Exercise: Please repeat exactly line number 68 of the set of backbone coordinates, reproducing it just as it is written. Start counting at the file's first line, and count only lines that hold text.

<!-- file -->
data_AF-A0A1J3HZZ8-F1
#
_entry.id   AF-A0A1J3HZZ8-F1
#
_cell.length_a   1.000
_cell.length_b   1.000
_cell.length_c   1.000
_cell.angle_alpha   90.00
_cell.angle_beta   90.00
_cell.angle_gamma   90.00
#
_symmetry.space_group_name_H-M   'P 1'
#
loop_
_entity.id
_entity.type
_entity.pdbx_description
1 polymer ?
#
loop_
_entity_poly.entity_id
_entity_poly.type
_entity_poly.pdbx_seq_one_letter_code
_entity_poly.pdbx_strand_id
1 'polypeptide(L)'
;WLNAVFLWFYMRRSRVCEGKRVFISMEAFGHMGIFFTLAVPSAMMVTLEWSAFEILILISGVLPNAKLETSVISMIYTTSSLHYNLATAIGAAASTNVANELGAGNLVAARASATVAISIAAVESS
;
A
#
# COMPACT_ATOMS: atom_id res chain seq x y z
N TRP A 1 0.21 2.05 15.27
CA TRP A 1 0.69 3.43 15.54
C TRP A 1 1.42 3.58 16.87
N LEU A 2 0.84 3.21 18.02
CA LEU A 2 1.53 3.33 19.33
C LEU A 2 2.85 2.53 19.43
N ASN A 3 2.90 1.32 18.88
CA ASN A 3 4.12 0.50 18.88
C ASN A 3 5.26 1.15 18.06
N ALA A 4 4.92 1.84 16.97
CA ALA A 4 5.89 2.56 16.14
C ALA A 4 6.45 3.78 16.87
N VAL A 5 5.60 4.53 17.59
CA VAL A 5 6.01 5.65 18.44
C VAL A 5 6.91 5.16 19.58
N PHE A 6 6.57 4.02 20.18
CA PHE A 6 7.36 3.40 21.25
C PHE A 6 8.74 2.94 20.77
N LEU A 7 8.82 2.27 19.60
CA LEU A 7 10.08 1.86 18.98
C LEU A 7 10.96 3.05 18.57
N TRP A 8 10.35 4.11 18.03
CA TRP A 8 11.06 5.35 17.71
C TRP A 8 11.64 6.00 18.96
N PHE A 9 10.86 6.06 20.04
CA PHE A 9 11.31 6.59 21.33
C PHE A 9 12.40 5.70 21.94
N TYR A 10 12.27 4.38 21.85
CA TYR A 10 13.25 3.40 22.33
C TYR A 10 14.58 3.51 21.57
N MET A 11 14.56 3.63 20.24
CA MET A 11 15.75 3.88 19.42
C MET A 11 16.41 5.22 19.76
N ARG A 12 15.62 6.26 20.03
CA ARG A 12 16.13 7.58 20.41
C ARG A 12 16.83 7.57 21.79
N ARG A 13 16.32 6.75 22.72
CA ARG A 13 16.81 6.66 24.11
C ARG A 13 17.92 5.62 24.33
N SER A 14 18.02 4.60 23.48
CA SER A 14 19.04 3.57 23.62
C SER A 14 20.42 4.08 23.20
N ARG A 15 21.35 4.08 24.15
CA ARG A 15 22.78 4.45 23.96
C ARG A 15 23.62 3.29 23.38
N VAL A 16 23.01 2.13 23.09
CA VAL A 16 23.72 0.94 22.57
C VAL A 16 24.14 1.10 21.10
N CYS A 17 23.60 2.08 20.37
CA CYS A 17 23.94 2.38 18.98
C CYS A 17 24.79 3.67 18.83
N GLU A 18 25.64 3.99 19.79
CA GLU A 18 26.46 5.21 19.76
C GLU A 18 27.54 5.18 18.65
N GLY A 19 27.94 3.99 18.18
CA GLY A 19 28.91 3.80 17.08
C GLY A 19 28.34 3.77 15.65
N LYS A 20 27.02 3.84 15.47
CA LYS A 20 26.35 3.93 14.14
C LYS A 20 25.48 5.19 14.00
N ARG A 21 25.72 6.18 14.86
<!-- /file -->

CA ARG A 13 16.81 6.66 24.11